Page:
D'IBERVILLE, MS (WLOX) - According to government statistics, construction work is some of the most dangerous in the country. This week's tragic, accidental death of a construction worker in Hancock Co. Tuesday was a painful reminder.
At one of the coast's largest construction sites, everyone plays it safe. Harnesses, hardhats, and shatterproof glasses are required every day at the Scarlet Pearl in D'Iberville. Something else happens daily as well.
"Every morning, we do a job hazard analysis, all of the supervisors are required to do that with their crew. This is what you have to do today, this is how you're going to stay safe today," Safety Coordinator Eric Pickreign said.
The pace is fast, but stops completely every Wednesday morning at 9:15 as workers come to a mandatory safety briefing. The warnings are serious, so serious in fact, they are translated into Spanish.
These meetings are critically important, according to Jason Rico Saulters, the job superintendent.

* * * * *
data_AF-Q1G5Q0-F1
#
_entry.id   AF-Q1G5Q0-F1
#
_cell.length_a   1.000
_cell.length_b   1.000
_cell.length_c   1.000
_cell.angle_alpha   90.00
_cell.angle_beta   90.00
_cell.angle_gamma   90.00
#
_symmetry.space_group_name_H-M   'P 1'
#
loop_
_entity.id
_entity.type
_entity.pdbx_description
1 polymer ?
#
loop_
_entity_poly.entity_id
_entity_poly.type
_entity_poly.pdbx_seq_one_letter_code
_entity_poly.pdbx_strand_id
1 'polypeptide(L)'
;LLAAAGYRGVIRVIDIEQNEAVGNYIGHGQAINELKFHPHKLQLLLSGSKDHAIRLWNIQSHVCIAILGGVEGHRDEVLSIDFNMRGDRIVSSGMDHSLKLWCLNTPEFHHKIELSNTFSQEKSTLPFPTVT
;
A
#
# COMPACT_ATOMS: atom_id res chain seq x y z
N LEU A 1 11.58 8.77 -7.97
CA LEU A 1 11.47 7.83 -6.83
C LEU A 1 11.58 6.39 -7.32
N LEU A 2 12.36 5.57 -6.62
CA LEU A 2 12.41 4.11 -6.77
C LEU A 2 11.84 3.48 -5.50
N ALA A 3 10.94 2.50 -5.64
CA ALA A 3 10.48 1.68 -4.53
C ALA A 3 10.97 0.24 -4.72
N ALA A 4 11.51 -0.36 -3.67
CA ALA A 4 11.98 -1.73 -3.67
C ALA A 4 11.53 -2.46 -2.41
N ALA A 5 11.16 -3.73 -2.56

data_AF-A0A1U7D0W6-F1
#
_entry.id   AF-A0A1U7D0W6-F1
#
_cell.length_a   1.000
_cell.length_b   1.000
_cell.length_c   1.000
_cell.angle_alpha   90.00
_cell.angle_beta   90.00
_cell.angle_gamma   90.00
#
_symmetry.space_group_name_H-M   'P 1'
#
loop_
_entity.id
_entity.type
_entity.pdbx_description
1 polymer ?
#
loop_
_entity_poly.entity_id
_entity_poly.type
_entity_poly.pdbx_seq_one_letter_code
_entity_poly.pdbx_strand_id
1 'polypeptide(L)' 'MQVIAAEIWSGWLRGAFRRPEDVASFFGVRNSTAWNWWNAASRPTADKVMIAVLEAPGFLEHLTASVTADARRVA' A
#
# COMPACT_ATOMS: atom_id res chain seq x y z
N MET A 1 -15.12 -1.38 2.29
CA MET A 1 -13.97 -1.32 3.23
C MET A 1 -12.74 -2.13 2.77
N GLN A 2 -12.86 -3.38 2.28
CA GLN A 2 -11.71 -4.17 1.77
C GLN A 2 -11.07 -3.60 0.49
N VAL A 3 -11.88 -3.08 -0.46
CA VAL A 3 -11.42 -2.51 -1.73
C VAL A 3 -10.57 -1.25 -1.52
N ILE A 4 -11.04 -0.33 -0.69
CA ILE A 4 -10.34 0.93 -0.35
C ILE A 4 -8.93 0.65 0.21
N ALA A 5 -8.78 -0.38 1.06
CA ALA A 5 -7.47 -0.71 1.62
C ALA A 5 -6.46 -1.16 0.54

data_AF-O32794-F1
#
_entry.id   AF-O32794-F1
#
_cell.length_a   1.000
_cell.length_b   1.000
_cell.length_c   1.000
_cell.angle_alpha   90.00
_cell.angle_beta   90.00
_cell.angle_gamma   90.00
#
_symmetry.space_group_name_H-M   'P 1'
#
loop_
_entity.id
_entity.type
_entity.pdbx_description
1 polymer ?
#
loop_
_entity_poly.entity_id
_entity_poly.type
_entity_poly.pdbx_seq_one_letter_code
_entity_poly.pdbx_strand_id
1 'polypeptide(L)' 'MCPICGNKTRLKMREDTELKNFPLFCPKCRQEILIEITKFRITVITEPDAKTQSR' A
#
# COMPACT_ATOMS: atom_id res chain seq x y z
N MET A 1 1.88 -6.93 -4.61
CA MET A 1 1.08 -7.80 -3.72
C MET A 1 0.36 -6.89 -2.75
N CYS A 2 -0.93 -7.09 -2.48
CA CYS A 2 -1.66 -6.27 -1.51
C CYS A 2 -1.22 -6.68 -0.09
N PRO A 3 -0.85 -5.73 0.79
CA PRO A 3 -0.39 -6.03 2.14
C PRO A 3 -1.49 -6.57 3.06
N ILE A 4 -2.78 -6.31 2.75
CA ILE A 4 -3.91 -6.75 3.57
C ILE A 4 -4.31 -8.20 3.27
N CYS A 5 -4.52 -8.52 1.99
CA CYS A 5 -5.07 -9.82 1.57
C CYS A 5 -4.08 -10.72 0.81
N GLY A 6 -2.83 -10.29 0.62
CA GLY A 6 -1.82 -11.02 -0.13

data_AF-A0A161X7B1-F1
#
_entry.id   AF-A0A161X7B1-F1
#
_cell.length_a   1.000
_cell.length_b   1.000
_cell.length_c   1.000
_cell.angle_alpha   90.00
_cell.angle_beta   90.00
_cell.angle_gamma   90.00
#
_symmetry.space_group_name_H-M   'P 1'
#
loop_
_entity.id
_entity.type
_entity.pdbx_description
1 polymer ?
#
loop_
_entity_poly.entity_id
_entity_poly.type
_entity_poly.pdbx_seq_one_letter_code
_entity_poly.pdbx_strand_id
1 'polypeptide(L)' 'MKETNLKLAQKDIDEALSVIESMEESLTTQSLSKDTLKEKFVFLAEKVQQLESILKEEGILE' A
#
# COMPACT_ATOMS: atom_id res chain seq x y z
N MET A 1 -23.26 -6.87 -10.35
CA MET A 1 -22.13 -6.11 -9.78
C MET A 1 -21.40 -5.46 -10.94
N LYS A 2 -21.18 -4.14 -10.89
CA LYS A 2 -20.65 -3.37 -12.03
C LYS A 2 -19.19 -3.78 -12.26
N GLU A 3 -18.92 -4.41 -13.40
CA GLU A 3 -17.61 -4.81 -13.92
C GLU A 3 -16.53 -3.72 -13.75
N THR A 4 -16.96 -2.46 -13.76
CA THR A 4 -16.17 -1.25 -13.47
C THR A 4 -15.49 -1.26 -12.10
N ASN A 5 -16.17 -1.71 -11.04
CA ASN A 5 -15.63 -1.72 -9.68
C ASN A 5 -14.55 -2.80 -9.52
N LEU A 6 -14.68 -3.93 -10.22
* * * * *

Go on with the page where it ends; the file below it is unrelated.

"The job is consistently changing every day and as it does change, the situations change so we just keep everybody informed on what work is going on and where. That way we can keep everybody on their toes," Saulters said.
For keeping on their toes, they also win prizes. They also win something that is much more valuable, Pickreign said.
"What we do dwell on is you need to do certain things a certain way because you want to go home to your family at the end of the day. That's the bottom line."
For the safety managers at this huge construction complex, the Scarlet Pearl, being told a job well done at the end of the day means to world to them, according to Pickreign.
"I take great satisfaction and pride. If you finish the day with no incidents then you've done your job. Everybody out there has done their job. Not just me."
And not just him, but everyone will get to have dinner with the family.
The safety program for the Roy Anderson Corporation, the company building the Scarlet Pearl, has been very successful. In the year that work has been underway, only a few minor incidents have been reported, and no one has been injured on the job.